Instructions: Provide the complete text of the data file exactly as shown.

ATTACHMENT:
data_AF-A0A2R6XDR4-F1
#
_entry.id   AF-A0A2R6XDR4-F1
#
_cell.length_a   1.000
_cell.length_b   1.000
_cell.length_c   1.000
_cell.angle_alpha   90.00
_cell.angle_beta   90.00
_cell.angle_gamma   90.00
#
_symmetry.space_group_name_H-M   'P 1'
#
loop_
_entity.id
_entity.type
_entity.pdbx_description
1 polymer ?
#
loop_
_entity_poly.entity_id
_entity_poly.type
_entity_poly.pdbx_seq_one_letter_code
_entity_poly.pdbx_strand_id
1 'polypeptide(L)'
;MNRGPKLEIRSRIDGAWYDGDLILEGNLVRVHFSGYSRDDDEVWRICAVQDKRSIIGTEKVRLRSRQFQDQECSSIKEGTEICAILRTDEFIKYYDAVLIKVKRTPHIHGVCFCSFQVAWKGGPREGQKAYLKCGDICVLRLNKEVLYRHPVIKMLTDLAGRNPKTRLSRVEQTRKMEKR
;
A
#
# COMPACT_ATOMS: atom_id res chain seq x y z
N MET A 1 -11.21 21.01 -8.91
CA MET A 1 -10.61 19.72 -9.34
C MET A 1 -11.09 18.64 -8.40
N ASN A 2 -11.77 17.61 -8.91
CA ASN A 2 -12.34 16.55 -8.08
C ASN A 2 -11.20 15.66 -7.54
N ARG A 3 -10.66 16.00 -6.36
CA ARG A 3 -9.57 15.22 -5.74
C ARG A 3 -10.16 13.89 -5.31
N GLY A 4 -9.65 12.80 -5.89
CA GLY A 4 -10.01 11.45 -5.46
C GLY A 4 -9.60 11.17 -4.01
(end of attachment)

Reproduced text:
data_AF-A0A2R6XDR4-F1
#
_entry.id   AF-A0A2R6XDR4-F1
#
_cell.length_a   1.000
_cell.length_b   1.000
_cell.length_c   1.000
_cell.angle_alpha   90.00
_cell.angle_beta   90.00
_cell.angle_gamma   90.00
#
_symmetry.space_group_name_H-M   'P 1'
#
loop_
_entity.id
_entity.type
_entity.pdbx_description
1 polymer ?
#
loop_
_entity_poly.entity_id
_entity_poly.type
_entity_poly.pdbx_seq_one_letter_code
_entity_poly.pdbx_strand_id
1 'polypeptide(L)'
;MNRGPKLEIRSRIDGAWYDGDLILEGNLVRVHFSGYSRDDDEVWRICAVQDKRSIIGTEKVRLRSRQFQDQECSSIKEGTEICAILRTDEFIKYYDAVLIKVKRTPHIHGVCFCSFQVAWKGGPREGQKAYLKCGDICVLRLNKEVLYRHPVIKMLTDLAGRNPKTRLSRVEQTRKMEKR
;
A
#
# COMPACT_ATOMS: atom_id res chain seq x y z
N MET A 1 -11.21 21.01 -8.91
CA MET A 1 -10.61 19.72 -9.34
C MET A 1 -11.09 18.64 -8.40
N ASN A 2 -11.77 17.61 -8.91
CA ASN A 2 -12.34 16.55 -8.08
C ASN A 2 -11.20 15.66 -7.54
N ARG A 3 -10.66 16.00 -6.36
CA ARG A 3 -9.57 15.22 -5.74
C ARG A 3 -10.16 13.89 -5.31
N GLY A 4 -9.65 12.80 -5.89
CA GLY A 4 -10.01 11.45 -5.46
C GLY A 4 -9.60 11.17 -4.01